Since this deck is all about combat, it runs more removal than I typically see in other people's decks. I also run a large number of tutors, which lets me fetch a wide range of silver bullets for difficulty board states (Arcane Lighthouse, Day of Judgment, Steel Hellkite, Wasteland, etc.). And of course, assembling Cabal Coffers + Urborg, Tomb of Yawgmoth is always fun.

Finally, this is the best Opal Palace deck I've ever played. Not only does it make Zurgo much more threatening in the late game, but the deck runs lots of other colorless spell lands and really values the fixing.

Chris's Zurgo

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COMMANDER: Zurgo Helmsmasher
99 Cards

This one utilized Narset, Enlightened Master to wreak havoc, with no other creature cards in it. Rather, it has many ways of boosting Narset into an unstoppable Monk, with power unmatched by Dragons.

The deck uses mana artifacts to get the commander on board early, while most of these artifacts also provide additional utility: some can be sacrificed for extra cards (Cluestones, Commander's Sphere, Dreamstone Hedron), some can turn into creatures (Azorius Keyrune), most are useful when someone can force you to sacrifice Narset. The deck also boasts of a solid enchantment-based defense (Ghostly Prison, Propaganda, Teferi's Moat) to discourage early aggression against you. Once enough mana is built up, one of the mass destructions can be used to wipe out all lands—the deck also boasts of a good selection of mass removals. If you'd lack artifacts, Narset can still cast spells for free—anything that is not a land in the deck is a free card for your use at every attack.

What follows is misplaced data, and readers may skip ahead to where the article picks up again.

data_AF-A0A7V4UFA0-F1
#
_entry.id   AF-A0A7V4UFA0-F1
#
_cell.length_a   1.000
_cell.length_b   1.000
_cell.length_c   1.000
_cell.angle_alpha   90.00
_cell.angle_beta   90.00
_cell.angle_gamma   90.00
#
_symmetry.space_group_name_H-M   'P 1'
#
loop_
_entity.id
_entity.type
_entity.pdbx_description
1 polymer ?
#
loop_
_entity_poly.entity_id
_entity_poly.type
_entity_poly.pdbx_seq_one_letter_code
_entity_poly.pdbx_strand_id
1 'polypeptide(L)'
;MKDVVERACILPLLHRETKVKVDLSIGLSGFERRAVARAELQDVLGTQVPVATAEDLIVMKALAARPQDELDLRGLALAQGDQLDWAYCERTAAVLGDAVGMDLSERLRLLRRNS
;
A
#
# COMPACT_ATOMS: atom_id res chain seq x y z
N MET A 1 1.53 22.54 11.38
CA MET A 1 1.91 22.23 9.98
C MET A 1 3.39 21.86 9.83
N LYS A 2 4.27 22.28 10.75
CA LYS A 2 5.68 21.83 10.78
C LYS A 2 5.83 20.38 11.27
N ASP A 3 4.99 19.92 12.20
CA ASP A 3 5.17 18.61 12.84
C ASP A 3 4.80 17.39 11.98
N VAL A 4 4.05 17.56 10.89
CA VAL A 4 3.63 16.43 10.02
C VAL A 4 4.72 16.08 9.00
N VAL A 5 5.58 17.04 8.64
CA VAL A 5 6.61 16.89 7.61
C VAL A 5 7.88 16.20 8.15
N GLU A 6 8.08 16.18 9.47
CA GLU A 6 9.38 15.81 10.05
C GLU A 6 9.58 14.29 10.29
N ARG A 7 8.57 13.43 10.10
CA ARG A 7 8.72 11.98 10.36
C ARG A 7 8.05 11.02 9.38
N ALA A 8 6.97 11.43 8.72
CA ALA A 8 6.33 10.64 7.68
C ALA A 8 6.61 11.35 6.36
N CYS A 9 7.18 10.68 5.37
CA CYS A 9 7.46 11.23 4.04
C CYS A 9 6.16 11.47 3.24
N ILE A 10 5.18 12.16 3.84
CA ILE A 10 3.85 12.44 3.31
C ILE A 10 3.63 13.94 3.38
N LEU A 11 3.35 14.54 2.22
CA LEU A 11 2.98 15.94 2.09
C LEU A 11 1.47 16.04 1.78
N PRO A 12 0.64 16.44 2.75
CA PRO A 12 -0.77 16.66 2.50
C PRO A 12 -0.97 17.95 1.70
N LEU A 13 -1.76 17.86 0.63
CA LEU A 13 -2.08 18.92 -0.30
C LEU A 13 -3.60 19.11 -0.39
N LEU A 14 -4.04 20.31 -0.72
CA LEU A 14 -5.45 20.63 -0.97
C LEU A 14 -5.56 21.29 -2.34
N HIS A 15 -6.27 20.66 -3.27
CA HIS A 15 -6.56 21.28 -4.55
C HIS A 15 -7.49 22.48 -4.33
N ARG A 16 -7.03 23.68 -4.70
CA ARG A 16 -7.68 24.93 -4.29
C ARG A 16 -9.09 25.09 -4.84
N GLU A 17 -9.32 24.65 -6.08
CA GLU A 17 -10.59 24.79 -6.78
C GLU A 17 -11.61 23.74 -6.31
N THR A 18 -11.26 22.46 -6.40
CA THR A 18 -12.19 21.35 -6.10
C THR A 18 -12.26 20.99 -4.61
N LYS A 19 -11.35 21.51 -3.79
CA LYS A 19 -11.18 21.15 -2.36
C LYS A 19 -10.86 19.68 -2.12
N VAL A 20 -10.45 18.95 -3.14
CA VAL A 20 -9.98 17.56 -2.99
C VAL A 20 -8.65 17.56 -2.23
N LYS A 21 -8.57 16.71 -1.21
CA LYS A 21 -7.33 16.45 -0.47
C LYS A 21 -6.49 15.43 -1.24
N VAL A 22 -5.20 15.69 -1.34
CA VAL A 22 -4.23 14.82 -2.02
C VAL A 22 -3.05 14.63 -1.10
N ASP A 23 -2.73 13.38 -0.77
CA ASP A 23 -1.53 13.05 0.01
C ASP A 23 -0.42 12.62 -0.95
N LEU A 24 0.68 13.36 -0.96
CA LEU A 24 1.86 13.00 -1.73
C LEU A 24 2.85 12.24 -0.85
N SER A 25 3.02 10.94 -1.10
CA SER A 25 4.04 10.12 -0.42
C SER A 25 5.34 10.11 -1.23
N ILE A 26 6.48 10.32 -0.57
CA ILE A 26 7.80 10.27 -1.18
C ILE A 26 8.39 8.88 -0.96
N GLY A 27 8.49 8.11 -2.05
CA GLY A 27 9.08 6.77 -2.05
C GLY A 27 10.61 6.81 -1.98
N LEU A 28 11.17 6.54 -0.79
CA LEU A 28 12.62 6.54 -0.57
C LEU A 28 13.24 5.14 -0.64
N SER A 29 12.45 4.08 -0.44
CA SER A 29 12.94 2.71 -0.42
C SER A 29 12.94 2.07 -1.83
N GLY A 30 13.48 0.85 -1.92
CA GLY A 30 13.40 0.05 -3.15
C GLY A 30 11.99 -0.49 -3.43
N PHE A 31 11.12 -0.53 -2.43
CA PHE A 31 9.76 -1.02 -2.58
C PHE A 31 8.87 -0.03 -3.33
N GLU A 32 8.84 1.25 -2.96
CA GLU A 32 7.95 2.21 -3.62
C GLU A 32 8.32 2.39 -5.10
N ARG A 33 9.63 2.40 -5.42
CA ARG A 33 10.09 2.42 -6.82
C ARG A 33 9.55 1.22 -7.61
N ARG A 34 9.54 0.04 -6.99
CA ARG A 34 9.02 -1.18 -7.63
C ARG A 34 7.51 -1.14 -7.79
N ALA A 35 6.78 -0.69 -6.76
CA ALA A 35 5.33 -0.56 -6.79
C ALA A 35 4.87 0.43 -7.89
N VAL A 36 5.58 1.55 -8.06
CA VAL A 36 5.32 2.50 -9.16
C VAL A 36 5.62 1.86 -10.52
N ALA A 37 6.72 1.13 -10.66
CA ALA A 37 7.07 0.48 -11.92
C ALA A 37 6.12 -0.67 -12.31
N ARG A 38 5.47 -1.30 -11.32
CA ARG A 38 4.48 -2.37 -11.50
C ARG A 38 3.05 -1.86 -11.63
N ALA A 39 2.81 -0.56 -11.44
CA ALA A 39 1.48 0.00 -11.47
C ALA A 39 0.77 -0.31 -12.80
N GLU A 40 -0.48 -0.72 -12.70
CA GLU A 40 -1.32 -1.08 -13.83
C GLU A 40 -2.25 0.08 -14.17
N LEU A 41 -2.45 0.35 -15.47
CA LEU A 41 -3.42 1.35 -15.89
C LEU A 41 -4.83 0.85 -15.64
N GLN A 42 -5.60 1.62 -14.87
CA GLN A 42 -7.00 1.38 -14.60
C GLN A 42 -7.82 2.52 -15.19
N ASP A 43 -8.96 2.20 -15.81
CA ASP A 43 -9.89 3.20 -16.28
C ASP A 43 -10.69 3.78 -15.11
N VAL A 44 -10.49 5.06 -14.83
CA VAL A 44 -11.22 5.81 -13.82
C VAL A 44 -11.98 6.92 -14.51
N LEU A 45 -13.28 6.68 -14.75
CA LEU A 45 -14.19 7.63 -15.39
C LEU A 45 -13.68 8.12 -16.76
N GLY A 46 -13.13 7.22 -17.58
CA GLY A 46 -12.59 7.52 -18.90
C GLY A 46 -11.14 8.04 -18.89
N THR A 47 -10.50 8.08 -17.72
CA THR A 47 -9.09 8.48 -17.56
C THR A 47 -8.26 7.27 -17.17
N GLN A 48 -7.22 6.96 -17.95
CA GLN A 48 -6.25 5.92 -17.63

Narset's protection is guaranteed by enchantments like Gift of Immortality, Flickerform, or enchantments with totem armor, while her base hexproof saves us the card slots for Commander staples such as Swiftfoot Boots and Lightning Greaves. Various spells also have scry, making sure that Narset's swings use up as many cards as possible. There are also a few late-game options that could turn the tide easily—once Flickerform is on board (also tutorable with Three Dreams), an Evacuation, or a Decree of Annihilation can leave the board in a state where victory is inevitable even without the deck's Insurrection. And trust me, with this deck—it really is.

Martin's Narset

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COMMANDER: Narset, Enlightened Master

I've enjoyed my War of the Gods deck the most. It's not the strongest of decks, clearly, as the mana base is extremely finicky and fragile (a single Ruination and I'm pretty much wiped) and isn't an early-aggro deck, but it does have a lot of fun and does a number of cool things. I built it around all of the Gods, and then included most of the Avatars and Lieges from Shadowmoor/Eventide to ensure getting the Gods active as soon as possible (as well as some key Ravnica-block cards which are also hybrid mana—Privileged Position, what a champ). I'm still tinkering with it (always tinkering) but it's been a blast to play. Originally, it had Karona (the False God!) as the commander, but I found I was never ever casting her, and Child of Alara is an Avatar (still on theme) and it's nice to have a last resort, blow up the world on tap.

Cliff's War of the Gods

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COMMANDER: Child of Alara
99 Cards

My favorite commander deck I made this year is my new Abzan commander.

There're a few reasons why:

  1. First, it boosts the power of creatures to scary sizes with +1/+1 counters.

  2. Second, it creates an army of tokens through various cards that also work with +1/+1 counters, like Mycoloth.

  3. Third, it also provides great protection behind powerful control cards.

  4. The board wipes aren't plentiful, but will pack a big punch when you draw them.

  5. The biggest reason: the massive amount of lifegain!

Taner's Anafenza

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COMMANDER: Anafenza, the Foremost